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Counting the Cost

From factor to failure: What Black leaders can learn from the O’Reilly debacle

Julianne Malveaux | 5/4/2017, midnight

Former Fox News channel anchor Bill O’Reilly, the man whose lofty ratings were responsible for the growth of the network, is no longer on the air. Revelations that $13 million had been paid, either by O’Reilly or the network, to women who said they had been sexually harassed repelled millions, some of whom protested outside Fox headquarters and took to the airwaves with their complaints. But it is unlikely that protests or complaints moved Fox to separate themselves from O’Reilly. Instead, it is most likely that the network severed ties with O’Reilly, because advertisers did not want to be associated with a program anchored by a man who seemed to find nothing wrong with sexual harassment.

More than 52 advertisers pulled ad spots from “The O’Reilly Factor” program, in the wake of The New York Times article about the payouts. They included Advil, Mercedes, BMW, Jenny Craig, Hyundai, Allstate, Lexus and H&R Block. The O’Reilly Factor was the highest revenue-generator in cable television, bringing in about $120 million in the first nine months of 2016. The O’Reilly Factor dominated the 8 p.m. weekday hour, drawing more viewers than any other cable network.

Don’t cry for Bill O’Reilly. He is leaving Fox News with “tens of millions of dollars” in a settlement; be concerned, instead, for the women who have had to put up with his odious behavior; be concerned for those who didn’t come forward to get paid because they were afraid for their jobs, or because they feared they would not be believed; be concerned for the Black woman that O’Reilly allegedly called “Hot Chocolate,” grunted when he saw her, and behaved so badly that she was frightened for her safety. Why didn’t she leave? She valued her job. She didn’t know, if she could find another one. An African American woman who heads a household, on average, has just $4,400 in liquid assets, compared to $20,519 for White women. With such a tiny cushion, an African American woman is likely to think twice before airing a sexual harassment complaint.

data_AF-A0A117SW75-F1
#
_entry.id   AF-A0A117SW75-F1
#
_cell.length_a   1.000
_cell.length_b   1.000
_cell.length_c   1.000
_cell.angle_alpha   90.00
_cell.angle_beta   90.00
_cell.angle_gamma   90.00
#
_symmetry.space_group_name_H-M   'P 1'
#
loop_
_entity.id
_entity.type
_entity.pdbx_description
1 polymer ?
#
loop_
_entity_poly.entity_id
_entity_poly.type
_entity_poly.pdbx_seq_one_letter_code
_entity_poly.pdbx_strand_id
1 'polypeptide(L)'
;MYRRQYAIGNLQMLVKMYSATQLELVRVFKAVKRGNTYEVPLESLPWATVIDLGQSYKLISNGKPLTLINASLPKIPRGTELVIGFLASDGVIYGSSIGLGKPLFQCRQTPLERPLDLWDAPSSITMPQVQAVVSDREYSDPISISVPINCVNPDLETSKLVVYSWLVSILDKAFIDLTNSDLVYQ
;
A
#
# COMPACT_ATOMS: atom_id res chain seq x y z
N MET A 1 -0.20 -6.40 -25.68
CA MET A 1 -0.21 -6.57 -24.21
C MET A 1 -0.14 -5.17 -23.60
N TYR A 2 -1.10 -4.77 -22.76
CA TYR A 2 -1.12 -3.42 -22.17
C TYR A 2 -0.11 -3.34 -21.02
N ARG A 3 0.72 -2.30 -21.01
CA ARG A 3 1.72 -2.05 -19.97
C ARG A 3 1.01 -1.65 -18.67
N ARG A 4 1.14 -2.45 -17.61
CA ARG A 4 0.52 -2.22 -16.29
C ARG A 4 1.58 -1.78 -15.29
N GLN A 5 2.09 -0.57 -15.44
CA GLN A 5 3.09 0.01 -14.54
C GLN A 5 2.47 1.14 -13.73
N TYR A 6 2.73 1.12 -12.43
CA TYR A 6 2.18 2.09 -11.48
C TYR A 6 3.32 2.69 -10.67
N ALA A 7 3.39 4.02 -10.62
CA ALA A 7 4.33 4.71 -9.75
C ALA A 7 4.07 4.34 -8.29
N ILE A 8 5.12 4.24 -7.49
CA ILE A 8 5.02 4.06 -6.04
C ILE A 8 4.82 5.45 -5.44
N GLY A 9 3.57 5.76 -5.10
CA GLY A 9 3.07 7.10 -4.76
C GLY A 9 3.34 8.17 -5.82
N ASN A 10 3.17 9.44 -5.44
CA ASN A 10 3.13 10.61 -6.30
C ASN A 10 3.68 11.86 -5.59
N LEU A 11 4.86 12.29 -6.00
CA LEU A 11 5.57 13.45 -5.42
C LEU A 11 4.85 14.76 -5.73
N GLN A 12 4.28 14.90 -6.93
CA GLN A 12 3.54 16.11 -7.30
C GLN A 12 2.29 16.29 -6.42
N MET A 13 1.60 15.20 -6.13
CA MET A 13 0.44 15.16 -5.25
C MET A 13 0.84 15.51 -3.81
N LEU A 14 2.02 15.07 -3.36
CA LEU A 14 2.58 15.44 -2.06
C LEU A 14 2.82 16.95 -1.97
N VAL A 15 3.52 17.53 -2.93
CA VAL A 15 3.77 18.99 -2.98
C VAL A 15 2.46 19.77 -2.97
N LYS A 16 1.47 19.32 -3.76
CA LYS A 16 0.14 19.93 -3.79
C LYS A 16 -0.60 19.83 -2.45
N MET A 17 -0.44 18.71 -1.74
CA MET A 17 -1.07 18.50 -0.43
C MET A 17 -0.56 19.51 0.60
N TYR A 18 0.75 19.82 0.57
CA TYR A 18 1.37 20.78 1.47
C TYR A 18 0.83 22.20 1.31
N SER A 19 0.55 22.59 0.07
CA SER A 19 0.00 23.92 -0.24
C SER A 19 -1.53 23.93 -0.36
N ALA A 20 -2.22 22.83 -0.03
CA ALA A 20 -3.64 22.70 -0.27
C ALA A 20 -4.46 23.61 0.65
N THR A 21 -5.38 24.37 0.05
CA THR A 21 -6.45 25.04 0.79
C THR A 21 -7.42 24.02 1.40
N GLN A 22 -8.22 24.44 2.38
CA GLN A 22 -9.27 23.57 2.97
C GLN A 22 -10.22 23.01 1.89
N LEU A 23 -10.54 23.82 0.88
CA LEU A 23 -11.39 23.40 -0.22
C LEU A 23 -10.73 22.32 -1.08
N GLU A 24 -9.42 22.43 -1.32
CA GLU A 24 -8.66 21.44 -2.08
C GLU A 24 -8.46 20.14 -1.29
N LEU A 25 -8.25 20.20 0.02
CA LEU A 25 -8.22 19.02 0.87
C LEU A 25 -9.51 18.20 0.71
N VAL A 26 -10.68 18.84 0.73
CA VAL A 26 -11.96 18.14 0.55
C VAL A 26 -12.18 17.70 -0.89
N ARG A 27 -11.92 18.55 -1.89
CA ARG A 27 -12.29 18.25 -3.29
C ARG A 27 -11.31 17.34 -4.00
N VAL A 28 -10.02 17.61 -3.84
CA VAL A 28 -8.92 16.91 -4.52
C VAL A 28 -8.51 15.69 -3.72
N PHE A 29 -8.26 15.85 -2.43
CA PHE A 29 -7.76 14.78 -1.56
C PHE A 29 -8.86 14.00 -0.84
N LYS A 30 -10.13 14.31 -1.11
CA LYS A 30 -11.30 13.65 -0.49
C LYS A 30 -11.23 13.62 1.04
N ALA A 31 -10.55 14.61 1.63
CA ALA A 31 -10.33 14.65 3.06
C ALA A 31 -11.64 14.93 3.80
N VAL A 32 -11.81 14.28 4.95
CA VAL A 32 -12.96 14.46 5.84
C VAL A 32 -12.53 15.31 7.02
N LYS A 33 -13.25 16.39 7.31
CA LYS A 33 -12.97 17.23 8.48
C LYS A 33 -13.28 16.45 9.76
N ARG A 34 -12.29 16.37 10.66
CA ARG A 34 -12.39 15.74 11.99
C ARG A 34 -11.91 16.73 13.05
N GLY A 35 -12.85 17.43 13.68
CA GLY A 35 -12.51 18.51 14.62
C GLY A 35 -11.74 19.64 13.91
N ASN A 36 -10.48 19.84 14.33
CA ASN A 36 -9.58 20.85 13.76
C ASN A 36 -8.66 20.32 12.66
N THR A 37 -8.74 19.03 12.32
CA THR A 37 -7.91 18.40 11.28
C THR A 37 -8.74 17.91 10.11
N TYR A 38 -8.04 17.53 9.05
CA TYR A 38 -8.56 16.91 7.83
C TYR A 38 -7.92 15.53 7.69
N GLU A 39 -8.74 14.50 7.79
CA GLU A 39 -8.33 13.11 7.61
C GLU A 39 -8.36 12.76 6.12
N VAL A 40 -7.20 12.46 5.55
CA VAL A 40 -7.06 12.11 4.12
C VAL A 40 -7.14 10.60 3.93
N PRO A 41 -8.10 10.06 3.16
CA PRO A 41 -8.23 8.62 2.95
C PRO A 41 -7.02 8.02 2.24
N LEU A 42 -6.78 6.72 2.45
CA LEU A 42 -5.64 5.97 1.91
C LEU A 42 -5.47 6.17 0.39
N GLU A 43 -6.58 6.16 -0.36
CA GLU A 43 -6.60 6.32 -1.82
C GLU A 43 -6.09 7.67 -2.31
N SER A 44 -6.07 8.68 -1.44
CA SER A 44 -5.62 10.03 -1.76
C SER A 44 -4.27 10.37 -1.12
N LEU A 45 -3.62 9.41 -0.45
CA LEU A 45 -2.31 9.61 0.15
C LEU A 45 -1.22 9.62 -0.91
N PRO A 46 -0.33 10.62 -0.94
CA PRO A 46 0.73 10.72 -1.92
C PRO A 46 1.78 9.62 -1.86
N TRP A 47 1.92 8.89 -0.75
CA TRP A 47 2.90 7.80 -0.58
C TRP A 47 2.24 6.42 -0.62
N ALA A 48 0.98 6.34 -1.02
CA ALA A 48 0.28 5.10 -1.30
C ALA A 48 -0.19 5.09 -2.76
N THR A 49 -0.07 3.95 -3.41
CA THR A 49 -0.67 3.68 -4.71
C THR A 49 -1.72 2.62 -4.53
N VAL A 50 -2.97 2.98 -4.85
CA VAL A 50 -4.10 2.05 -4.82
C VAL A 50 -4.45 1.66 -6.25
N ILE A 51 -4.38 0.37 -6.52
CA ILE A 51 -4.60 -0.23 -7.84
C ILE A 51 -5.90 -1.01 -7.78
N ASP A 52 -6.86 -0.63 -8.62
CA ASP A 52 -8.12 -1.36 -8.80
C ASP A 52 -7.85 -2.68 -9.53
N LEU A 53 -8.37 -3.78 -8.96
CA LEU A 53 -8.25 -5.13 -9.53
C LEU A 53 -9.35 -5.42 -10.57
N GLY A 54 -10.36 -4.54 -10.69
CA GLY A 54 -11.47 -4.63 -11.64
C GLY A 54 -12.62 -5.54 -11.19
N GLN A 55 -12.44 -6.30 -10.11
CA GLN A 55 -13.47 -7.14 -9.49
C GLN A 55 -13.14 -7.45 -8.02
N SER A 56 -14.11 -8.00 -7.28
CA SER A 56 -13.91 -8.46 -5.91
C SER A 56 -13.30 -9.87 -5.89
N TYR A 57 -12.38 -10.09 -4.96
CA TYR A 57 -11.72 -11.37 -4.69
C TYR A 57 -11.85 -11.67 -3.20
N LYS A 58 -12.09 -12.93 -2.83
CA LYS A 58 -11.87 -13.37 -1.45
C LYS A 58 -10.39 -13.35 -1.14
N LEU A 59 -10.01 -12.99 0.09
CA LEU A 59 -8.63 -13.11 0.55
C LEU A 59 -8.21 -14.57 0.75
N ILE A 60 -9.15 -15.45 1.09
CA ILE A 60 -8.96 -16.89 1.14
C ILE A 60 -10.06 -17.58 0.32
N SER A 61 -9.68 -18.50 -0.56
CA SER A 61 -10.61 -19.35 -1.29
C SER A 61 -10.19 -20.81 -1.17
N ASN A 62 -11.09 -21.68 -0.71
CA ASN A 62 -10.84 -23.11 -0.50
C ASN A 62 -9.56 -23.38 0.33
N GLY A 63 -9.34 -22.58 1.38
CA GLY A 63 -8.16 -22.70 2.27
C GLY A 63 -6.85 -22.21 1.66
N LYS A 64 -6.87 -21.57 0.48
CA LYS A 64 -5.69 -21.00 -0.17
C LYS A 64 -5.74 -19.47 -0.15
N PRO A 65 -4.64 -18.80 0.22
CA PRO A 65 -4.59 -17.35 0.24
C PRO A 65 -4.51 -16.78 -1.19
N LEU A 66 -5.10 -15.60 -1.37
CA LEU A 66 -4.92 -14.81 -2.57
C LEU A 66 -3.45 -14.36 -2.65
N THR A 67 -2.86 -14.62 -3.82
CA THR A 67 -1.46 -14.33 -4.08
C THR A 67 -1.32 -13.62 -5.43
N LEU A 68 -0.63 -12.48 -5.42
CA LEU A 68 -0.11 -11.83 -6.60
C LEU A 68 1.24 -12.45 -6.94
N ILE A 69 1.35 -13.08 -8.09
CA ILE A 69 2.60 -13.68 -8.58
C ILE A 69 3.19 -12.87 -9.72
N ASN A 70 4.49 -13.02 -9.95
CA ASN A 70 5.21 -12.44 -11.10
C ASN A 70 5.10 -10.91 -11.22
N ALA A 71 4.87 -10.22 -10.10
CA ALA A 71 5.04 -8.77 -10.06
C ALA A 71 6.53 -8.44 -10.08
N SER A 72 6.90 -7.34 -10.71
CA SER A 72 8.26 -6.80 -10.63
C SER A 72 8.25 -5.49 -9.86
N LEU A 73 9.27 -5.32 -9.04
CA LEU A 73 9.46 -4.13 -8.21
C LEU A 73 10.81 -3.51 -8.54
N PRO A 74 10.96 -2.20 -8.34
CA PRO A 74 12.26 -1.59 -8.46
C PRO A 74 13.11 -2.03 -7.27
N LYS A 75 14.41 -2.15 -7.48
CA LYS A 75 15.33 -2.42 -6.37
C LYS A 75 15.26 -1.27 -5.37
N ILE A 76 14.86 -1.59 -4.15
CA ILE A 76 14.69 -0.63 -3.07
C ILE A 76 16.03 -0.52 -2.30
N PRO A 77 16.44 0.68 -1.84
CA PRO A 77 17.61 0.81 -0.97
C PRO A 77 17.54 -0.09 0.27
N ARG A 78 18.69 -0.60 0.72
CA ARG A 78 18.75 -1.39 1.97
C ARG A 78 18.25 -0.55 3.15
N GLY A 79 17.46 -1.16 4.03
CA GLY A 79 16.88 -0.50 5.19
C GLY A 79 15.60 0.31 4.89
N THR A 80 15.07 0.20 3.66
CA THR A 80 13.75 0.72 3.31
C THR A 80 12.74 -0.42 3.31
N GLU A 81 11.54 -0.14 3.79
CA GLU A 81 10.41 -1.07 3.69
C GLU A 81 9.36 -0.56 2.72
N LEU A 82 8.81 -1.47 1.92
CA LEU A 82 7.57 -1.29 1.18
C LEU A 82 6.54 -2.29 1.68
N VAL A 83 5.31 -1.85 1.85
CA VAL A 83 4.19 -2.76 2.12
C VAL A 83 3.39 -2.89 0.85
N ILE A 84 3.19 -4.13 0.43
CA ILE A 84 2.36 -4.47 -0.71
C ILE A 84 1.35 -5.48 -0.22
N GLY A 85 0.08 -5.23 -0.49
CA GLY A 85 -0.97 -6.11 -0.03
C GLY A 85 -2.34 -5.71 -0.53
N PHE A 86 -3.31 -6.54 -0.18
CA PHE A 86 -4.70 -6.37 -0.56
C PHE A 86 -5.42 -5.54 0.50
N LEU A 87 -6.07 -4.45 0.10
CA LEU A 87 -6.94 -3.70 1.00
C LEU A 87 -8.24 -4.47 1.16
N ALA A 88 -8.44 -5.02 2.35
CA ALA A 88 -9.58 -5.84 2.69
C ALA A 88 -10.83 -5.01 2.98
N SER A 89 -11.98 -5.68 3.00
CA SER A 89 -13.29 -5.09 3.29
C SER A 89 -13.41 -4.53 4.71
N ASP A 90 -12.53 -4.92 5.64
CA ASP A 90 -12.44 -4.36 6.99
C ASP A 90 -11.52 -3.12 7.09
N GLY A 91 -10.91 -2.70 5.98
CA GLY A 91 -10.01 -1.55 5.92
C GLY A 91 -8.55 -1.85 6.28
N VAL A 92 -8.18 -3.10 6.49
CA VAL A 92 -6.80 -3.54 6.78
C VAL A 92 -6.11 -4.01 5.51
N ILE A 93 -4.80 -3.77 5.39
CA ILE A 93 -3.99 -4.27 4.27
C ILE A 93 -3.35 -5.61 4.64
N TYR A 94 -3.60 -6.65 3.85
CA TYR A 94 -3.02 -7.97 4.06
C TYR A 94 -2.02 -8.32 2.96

African American women are also less likely to be believed than White women are, at least partly because of the way the world views Black women. So, right on, to the sister who called the Fox Hot Line to report that she was being harassed. She, and many of the other Black women who have protested the culture of sexism at Fox, need to have champions that are as vocal as the champions Megyn Kelly and Gretchen Carlson had. Indeed, one might look at the fact that Megyn Kelley pushed Tamron Hall off her perch as the only Black woman anchor at the Today show as evidence of how much more highly valued White women are than Black women.

What did we learn from O’Reilly’s ouster, though? We learned that advertisers are controversy-averse. They don’t want to be associated with an accused sexual harasser, especially when the accusations are persistent and are backed up with numerous settlements to women who have experienced harassment. Advertisers saw their brands tarnished, and their consumer base angered, by O’Reilly’s behavior. Too many of the companies that abandoned O’Reilly’s show have increasing numbers of women in senior management, in advertising, and on their boards. While Roger Ailes, now himself dismissed from Fox for his harassing behavior, described O’Reilly’s antics with “Bill will be Bill,” increasing numbers of women (and some men) in charge find Bill’s behavior, not only odious, but also illegal. Increased sensitivity to issues of sexual harassment helped make it clear that O’Reilly’s behavior was simply unacceptable.